From the Tribune Review (09/14/01)

Crash Debris Found 8 Miles Away

By Debra Erdley


A southeasterly wind and a 3-year-old's keen eye brought the crash of United Airlines Flight 93 home to a family in tiny New Baltimore borough, more than eight miles from the Somerset County crash site.

Three-year-old Hunter Stoe was helping his father, Andy, with the trash Wednesday night when he spied a slip of paper on the grass near the trash can.

When Andy Stoe glanced at the paper, ready to toss it in the trash, he saw it was a charred payroll check made out to Antonio B. Costa of San Jose, Calif.

Investigators now concede the canceled check and a portion of a charred brokerage statement Stoe found nearby on Thursday afternoon are from the crash.

Costa, a 59-year-old construction worker, was not a passenger on Flight 93.

"He's here and fine," his daughter-in-law Leeza Costa said from her San Jose home yesterday afternoon. "We can't figure out how it got there unless maybe they were moving mail or documents for a bank."

Stoe said authorities initially insisted crash debris could not have traveled over a mountain ridge more than eight miles from the crash.

Late yesterday afternoon, however, FBI Special Agent Bill Crowley said experts from the National Transportation Safety Board had checked weather reports and determined that lightweight materials might well have traveled over the mountain by a southwest wind that reached a speed of 9 knots.

"The NTSB says it is not only plausible, but probable," said Crowley.

About two miles from the crash site, Ron Trent, a 63-year-old third-generation farmer, never imagined anything like it could happen so close to his home. He was stunned when agents asked him to postpone cutting his hay until they can search the field.

Looking over his farm's rolling hills, Trent shoved his cap back on his head and scratched his chin.

"I believe this country is in a bad situation, the situation this country is in right now, and I don't think it's going to get any better.

"That sure is pretty. I'm sure glad I grew up here. I guess it (the crash) really put Shanksville on the map," he said.

Farther down the road, searchers had tied flags in one of David Scott's cornfields to mark areas they wanted to search more closely.

"It's just too bad we couldn't be on the map for something other than disaster," said Scott, chatting with neighbors William Flamm and Meno Yoder, as a state police helicopter circled low over his fields.

Investigators also descended on nearby Indian Lake. The resort community 2 miles from the crash also became part of the official search area after small pieces of crash debris were recovered from the 750-acre lake.

John Fleegle, an Indian Lake Marina employee, said FBI agents were skeptical of his reports about debris in the lake until they traveled to the lake shore Wednesday afternoon.

Fleegle, marina owner Jim Brant and two of Brant's employees were among the dozens who witnessed the crash from Indian Lake. Fleegle had just returned to the marina to get fuel for a boat that had run out of gas when Carol Delasko called him into the drydock barn to watch news of the World Trade Center attack.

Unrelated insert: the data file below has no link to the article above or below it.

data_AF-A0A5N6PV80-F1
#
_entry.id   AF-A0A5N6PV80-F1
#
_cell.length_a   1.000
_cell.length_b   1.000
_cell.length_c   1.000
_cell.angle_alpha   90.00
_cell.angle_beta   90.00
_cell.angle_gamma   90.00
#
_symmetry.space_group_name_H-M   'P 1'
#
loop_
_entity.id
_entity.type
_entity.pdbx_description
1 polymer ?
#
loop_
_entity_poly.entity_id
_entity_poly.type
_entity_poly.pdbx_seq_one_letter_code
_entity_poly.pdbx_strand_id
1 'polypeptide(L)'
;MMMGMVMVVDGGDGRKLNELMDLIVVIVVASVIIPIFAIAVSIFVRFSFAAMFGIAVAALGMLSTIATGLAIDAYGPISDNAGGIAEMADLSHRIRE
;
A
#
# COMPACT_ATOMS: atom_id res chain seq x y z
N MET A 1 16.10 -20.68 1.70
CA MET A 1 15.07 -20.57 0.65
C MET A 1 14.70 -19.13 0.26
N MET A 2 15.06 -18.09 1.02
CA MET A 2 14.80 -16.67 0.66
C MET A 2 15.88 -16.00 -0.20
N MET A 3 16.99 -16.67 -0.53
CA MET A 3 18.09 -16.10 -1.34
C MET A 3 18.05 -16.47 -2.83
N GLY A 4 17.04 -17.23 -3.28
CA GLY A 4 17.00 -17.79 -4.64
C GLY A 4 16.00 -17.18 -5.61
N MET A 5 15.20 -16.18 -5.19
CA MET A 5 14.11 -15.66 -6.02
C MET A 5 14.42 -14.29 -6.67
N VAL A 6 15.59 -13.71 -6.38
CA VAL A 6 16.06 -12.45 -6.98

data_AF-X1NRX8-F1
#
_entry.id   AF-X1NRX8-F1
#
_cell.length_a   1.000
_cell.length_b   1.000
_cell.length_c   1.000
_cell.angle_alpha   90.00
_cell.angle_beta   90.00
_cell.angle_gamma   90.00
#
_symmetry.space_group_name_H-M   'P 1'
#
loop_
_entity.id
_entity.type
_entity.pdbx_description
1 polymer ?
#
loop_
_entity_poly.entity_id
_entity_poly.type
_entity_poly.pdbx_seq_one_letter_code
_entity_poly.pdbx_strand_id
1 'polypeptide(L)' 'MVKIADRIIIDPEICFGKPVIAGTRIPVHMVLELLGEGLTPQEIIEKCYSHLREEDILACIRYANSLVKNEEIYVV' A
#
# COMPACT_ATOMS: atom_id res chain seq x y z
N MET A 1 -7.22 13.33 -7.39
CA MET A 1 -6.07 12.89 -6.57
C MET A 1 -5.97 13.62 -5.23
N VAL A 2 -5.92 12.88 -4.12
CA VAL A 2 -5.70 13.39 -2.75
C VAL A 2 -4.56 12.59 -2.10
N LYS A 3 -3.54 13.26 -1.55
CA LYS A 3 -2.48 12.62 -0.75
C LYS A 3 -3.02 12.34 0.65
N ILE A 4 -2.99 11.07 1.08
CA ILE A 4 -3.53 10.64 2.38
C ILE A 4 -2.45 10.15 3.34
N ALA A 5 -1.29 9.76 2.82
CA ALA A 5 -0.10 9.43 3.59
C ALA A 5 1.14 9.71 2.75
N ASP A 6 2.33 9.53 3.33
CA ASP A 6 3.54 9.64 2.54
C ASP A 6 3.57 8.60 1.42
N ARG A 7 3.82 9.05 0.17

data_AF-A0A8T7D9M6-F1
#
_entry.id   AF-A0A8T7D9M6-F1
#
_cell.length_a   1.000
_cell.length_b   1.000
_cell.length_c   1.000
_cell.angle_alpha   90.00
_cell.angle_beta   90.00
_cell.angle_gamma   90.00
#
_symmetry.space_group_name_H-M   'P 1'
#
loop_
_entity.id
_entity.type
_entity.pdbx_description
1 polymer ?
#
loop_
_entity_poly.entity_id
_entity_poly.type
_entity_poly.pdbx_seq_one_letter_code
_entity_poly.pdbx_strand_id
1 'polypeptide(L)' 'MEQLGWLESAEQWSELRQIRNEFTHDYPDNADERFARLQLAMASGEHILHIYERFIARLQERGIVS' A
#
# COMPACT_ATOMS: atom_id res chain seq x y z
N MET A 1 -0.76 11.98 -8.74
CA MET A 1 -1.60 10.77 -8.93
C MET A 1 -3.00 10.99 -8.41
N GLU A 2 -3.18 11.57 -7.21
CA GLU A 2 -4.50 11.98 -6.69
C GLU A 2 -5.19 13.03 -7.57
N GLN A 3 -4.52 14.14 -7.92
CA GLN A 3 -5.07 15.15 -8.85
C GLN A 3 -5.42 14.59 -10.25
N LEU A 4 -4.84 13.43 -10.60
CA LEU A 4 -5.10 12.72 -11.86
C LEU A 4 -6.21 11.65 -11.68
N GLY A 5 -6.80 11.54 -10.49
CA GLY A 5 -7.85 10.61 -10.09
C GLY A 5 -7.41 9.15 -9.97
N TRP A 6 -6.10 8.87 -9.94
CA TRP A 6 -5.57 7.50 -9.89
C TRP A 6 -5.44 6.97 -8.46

"All of a sudden the lights flickered and we joked that maybe they were coming for us. Then we heard engines screaming close overhead. The building shook. We ran out, heard the explosion and saw a fireball mushroom," said Fleegle, pointing to a clearing on a ridge at the far end of the lake.

Delasko, who ran outside moments later, said she thought someone had blown up a boat on the lake. "It just looked like confetti raining down all over the air above the lake," she said.

Fleegle, Brant and a fellow marina worker, Tom Spinelli, jumped in a truck and rushed to the crash site.

In the woods, they saw only a crater and tiny pieces of debris.

Fleegle said he climbed on the roof of an abandoned cabin and tossed down a burning seat cushion that had landed there.

By Wednesday morning, crash debris began washing ashore at the marina. Fleegle said there was something that looked like a rib bone amid pieces of seats, small chunks of melted plastic and checks.

He said FBI agents who spent the afternoon patrolling the lake in rented boats eventually carted away a large garbage bag full of debris.

Kate Moses, a former Pittsburgh woman whose retirement home is located near the Indian Lake golf course far from the lake, said she felt the impact from the crash and went to look outside. Later, her neighbor found a brokerage statement for a $2 million stock account had landed in her yard.

"How could that have happened? It's just a horrifying thought. I'll never be the same. I know that," said Moses.

A confirmed Broadway buff who loves New York, Moses said the terrorist attacks on the World Trade Center and the hijacking that ended near her Somerset County home have made her hesitant to even consider traveling to New York anytime soon.

Back in New Baltimore, Andy Stoe is keeping track of everything so he can explain it all to Hunter when the toddler gets a little older.

And he holds the peace of his tiny valley town more precious than ever.

"It could have crashed here just as easy as anywhere. Thank God they put it down somewhere unpopulated," said Stoe, as Hunter pushed a toy bulldozer through his sandbox.

S.C. Spangler photos (color page A1)

Tribune-Review graphic (map of debris field)
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